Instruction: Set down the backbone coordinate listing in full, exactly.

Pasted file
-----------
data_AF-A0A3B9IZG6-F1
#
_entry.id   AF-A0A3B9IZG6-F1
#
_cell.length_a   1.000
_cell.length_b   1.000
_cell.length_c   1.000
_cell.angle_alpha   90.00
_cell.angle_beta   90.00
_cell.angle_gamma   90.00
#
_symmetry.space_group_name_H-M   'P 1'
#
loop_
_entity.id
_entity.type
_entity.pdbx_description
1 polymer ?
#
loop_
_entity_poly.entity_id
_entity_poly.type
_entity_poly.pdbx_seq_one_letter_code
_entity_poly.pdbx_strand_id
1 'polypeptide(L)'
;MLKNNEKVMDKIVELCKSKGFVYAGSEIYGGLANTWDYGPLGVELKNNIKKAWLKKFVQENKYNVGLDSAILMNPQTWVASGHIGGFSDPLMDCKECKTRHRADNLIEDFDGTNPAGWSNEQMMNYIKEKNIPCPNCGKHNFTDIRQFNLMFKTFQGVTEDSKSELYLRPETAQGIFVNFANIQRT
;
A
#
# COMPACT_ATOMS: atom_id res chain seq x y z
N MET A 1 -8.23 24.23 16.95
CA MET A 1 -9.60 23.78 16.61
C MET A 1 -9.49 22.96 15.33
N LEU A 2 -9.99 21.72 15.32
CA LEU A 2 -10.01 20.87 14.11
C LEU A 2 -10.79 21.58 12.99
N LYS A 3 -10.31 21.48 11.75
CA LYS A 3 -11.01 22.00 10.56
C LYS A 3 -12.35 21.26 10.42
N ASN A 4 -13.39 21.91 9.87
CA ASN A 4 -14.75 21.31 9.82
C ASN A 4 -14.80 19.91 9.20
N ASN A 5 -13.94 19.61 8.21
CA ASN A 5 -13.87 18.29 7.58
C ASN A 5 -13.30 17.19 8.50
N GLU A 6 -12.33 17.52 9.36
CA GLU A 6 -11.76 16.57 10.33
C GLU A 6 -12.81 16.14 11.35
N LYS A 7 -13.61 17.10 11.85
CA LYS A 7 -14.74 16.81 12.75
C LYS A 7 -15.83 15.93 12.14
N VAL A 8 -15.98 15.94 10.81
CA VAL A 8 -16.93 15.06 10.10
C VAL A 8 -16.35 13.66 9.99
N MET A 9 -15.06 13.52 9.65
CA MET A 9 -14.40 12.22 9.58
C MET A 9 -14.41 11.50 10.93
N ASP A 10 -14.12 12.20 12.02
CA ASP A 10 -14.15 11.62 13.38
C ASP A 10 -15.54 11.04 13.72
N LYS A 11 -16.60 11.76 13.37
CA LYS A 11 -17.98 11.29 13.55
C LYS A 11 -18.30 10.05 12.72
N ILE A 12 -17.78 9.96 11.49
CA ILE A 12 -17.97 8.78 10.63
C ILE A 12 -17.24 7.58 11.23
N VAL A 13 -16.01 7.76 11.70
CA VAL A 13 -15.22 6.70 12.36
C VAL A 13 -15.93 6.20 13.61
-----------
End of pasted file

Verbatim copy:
data_AF-A0A3B9IZG6-F1
#
_entry.id   AF-A0A3B9IZG6-F1
#
_cell.length_a   1.000
_cell.length_b   1.000
_cell.length_c   1.000
_cell.angle_alpha   90.00
_cell.angle_beta   90.00
_cell.angle_gamma   90.00
#
_symmetry.space_group_name_H-M   'P 1'
#
loop_
_entity.id
_entity.type
_entity.pdbx_description
1 polymer ?
#
loop_
_entity_poly.entity_id
_entity_poly.type
_entity_poly.pdbx_seq_one_letter_code
_entity_poly.pdbx_strand_id
1 'polypeptide(L)'
;MLKNNEKVMDKIVELCKSKGFVYAGSEIYGGLANTWDYGPLGVELKNNIKKAWLKKFVQENKYNVGLDSAILMNPQTWVASGHIGGFSDPLMDCKECKTRHRADNLIEDFDGTNPAGWSNEQMMNYIKEKNIPCPNCGKHNFTDIRQFNLMFKTFQGVTEDSKSELYLRPETAQGIFVNFANIQRT
;
A
#
# COMPACT_ATOMS: atom_id res chain seq x y z
N MET A 1 -8.23 24.23 16.95
CA MET A 1 -9.60 23.78 16.61
C MET A 1 -9.49 22.96 15.33
N LEU A 2 -9.99 21.72 15.32
CA LEU A 2 -10.01 20.87 14.11
C LEU A 2 -10.79 21.58 12.99
N LYS A 3 -10.31 21.48 11.75
CA LYS A 3 -11.01 22.00 10.56
C LYS A 3 -12.35 21.26 10.42
N ASN A 4 -13.39 21.91 9.87
CA ASN A 4 -14.75 21.31 9.82
C ASN A 4 -14.80 19.91 9.20
N ASN A 5 -13.94 19.61 8.21
CA ASN A 5 -13.87 18.29 7.58
C ASN A 5 -13.30 17.19 8.50
N GLU A 6 -12.33 17.52 9.36
CA GLU A 6 -11.76 16.57 10.33
C GLU A 6 -12.81 16.14 11.35
N LYS A 7 -13.61 17.10 11.85
CA LYS A 7 -14.74 16.81 12.75
C LYS A 7 -15.83 15.93 12.14
N VAL A 8 -15.98 15.94 10.81
CA VAL A 8 -16.93 15.06 10.10
C VAL A 8 -16.35 13.66 9.99
N MET A 9 -15.06 13.52 9.65
CA MET A 9 -14.40 12.22 9.58
C MET A 9 -14.41 11.50 10.93
N ASP A 10 -14.12 12.20 12.02
CA ASP A 10 -14.15 11.62 13.38
C ASP A 10 -15.54 11.04 13.72
N LYS A 11 -16.60 11.76 13.37
CA LYS A 11 -17.98 11.29 13.55
C LYS A 11 -18.30 10.05 12.72
N ILE A 12 -17.78 9.96 11.49
CA ILE A 12 -17.97 8.78 10.63
C ILE A 12 -17.24 7.58 11.23
N VAL A 13 -16.01 7.76 11.70
CA VAL A 13 -15.22 6.70 12.36
C VAL A 13 -15.93 6.20 13.61